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Publisher's Preface

About Our Maximalist Approach


The Mitzva Of Hospitality: Being A Host

   The Importance Of The Mitzva

Starting Out

Impediments To Inviting Guests

Keeping Your Hospitality Growing

Handling Problematic Guests

Singles As Hosts

Guidelines For Hosts And Hostesses

Partial Glossary

The Shabbat Primer
Getting Ready for Shabbat

Chapter 5.
The Mitzva Of Hospitality: Being A Host
Keeping Your Hospitality Growing
by Nechoma Greisman and Chana Ne'eman

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  Impediments To Inviting GuestsHandling Problematic Guests  

Recall The Importance Of The Mitzva And Its Effect On Others

Some of our resource women are especially moved to invite guests when they consider the vital place of home hospitality in our tradition. "The home has been neglected as the center of Jewish life," says Esther. "We've replaced it with the Jewish center and the synagogue. That's really an imitation of Christianity and a distortion of Judaism. I want to restore the home to its rightful place, and an important part of doing that is inviting lots of guests."

"Now that I'm here in Jerusalem," says Shoshanna, "I feel inspired to invite guests. I think of our long pilgrimage history when, especially at Succot, Pesach, and Shavuot, hundreds of thousands of Jews came up to the Temple and were guests of the people who lived here. I feel I'm continuing that tradition, and it's very satisfying for me. It's a way to connect yourself and your company with Klal Yisrael, with all the People of Israel, past and present."

Remembering when their hospitality really made a difference also gives our women a strong push to invite guests. Too many people are in fact emotional orphans. This is painfully obvious in all those young people whose "Shabbat families" are closer to them than their real families. Shoshanna continues,

Whenever I feel tired or reluctant to extend myself again, I remember two or three people whose lives were changed by spending Shabbat with me. I think of one girl, especially. She was a stranger who showed up just fifteen minutes before candlelighting time. She seemed very nice, and we had a lot in common. But it was clear at once that she wasn't Jewish.

I kept wondering, "Who is she? a convert? a missionary? a Mormon or Jew for Jesus?" She never gave a clear answer. But something made me feel that this Shabbat was extremely important for her. Thank G-d, I picked that up and didn't turn her away.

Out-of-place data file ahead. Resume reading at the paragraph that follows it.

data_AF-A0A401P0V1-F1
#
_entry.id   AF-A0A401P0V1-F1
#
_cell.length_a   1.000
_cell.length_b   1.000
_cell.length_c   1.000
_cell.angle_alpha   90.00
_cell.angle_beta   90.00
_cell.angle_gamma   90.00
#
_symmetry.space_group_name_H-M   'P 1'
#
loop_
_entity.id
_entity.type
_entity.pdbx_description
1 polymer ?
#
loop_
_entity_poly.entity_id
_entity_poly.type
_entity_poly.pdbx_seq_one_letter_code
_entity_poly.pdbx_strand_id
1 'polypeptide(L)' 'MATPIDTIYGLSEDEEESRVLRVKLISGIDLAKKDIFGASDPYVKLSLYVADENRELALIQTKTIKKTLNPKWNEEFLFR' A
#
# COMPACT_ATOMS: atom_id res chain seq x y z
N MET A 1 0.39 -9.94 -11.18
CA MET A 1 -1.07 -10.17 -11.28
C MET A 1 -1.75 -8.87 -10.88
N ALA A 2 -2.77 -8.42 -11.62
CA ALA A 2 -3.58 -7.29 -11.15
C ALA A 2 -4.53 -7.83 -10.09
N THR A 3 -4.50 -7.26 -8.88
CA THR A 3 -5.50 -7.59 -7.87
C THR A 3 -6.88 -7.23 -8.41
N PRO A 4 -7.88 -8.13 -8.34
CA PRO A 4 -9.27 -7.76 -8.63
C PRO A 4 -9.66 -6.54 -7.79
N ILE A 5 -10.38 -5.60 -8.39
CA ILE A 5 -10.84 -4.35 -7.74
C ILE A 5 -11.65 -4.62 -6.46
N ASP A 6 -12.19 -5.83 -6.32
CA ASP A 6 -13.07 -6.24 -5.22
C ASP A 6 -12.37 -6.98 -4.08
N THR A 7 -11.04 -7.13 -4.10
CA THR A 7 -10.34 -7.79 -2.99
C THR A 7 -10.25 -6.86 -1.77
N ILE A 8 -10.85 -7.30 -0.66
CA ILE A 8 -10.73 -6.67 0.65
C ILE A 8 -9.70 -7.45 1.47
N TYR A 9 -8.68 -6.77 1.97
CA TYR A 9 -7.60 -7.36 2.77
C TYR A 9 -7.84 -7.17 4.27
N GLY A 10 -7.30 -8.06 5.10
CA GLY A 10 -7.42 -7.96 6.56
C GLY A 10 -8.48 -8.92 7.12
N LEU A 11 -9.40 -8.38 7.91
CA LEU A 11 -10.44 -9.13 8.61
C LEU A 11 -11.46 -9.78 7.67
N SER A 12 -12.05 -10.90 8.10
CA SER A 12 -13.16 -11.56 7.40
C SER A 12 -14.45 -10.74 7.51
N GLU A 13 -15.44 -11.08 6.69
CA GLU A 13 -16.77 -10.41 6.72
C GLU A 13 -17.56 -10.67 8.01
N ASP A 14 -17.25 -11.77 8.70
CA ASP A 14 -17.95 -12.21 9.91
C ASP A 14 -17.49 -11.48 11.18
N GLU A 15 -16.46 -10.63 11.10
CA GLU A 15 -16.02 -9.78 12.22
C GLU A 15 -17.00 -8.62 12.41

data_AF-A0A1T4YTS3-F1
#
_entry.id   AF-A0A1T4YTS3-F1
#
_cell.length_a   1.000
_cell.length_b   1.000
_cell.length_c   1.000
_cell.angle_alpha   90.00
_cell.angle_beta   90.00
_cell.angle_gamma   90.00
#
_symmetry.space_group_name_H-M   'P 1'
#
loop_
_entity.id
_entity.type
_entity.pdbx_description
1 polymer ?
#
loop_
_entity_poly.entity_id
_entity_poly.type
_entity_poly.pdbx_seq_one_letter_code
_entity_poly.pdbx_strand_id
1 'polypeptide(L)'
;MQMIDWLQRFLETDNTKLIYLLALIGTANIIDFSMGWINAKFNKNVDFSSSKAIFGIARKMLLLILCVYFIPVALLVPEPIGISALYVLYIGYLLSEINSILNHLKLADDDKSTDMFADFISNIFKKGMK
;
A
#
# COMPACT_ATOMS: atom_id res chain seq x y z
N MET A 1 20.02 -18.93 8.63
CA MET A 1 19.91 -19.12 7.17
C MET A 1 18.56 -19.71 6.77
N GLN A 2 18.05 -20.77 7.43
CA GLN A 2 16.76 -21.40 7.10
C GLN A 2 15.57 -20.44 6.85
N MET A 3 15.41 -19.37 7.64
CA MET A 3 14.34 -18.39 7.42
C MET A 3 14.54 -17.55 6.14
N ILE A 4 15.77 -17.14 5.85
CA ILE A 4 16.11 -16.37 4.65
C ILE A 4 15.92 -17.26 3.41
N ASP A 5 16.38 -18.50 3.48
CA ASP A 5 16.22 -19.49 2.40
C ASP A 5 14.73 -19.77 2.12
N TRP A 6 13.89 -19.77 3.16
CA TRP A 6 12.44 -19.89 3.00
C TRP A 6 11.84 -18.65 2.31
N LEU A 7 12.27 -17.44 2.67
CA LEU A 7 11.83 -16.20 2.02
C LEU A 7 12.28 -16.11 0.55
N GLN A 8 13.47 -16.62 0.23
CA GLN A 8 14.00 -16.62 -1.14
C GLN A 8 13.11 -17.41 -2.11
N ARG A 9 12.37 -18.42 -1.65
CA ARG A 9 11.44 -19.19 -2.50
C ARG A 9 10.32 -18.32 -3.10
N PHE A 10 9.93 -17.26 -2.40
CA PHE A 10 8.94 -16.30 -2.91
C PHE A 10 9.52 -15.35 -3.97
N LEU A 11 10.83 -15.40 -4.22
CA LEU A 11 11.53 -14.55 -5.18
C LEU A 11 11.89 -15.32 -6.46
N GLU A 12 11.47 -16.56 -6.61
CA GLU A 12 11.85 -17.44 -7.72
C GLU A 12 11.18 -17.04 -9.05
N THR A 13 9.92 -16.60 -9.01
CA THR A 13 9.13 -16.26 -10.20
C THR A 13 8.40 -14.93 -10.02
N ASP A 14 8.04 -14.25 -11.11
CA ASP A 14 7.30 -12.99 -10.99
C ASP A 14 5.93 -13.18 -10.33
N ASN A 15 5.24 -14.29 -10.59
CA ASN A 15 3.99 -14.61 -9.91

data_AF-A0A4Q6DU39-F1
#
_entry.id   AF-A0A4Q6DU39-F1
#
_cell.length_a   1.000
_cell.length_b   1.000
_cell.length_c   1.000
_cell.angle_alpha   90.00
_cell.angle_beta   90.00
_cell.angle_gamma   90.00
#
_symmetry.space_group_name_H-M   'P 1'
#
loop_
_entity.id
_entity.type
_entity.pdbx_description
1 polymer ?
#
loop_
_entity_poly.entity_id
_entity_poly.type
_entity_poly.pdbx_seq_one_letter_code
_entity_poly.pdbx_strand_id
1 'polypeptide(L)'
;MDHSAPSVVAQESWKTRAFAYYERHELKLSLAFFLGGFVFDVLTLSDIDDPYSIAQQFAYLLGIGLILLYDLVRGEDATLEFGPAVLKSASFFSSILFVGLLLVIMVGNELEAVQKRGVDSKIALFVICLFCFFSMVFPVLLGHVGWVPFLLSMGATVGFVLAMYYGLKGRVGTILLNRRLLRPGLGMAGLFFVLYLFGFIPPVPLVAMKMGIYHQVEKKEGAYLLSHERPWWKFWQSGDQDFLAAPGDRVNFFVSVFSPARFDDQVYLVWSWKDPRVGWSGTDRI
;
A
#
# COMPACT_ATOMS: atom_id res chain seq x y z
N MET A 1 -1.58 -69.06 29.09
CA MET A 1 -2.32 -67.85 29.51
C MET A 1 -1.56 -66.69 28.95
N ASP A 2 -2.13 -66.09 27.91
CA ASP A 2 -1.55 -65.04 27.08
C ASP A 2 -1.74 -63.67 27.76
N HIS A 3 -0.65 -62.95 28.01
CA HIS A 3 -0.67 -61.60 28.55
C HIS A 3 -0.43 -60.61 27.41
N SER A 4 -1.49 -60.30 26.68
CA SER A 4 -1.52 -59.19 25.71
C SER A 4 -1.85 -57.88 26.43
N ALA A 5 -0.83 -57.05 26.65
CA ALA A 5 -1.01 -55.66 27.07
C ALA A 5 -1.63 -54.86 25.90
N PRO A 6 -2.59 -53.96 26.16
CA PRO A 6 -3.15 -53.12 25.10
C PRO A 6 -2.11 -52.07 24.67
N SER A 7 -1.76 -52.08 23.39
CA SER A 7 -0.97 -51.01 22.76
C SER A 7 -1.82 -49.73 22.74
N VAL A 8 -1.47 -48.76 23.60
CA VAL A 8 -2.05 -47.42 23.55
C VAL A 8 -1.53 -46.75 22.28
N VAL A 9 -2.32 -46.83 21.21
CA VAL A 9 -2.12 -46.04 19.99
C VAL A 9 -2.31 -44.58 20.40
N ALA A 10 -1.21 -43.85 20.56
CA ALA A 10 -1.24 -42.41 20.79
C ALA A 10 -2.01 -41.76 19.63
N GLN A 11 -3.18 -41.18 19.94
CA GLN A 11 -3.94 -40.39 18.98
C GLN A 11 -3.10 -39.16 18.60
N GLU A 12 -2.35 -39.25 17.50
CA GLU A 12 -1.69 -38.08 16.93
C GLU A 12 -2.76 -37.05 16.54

A month later she invited me over, promising me kosher food. Then, on Erev Tu BeShvat I got a call that she'd just been to the mikva and completed her conversion. She told me that I was her first contact with Judaism aside from her boyfriend, who was indifferent to his religion and never pushed her to convert. She wanted to experience Judaism directly, without him, to see if it was what she herself wanted.

They were married in the U.S. and later made aliyah with their baby. They're both keeping more and more of the mitzvot now. And every time they have a simcha, they invite me.

You know, I feel that a convert is a close analogy to a baal teshuva. Both want to find a place in Judaism. Maybe that's why I felt something in common with her from the start.

Anyhow, whenever I feel discouraged or hesitant about inviting guests, I think of her.

Remember Your Good Times

If at any time you feel reluctant to invite guests, recalling all your good Shabbat moments will help pick you up. Remember how much others gave you when they included you at their table, and remember, too, how much you contributed to your guests in the past. Maybe it was a stranger's invitation to Shabbat dinner that opened your eyes to the beauty of Judaism in the first place. Maybe you have done the same for another seeking Jew or could do it now.

At times of reluctance, it also helps to choose your memories selectively. Remember how well a super-easy meal turned out or how everything ended up all right, even though you made every possible mistake. Rachel carried it off well: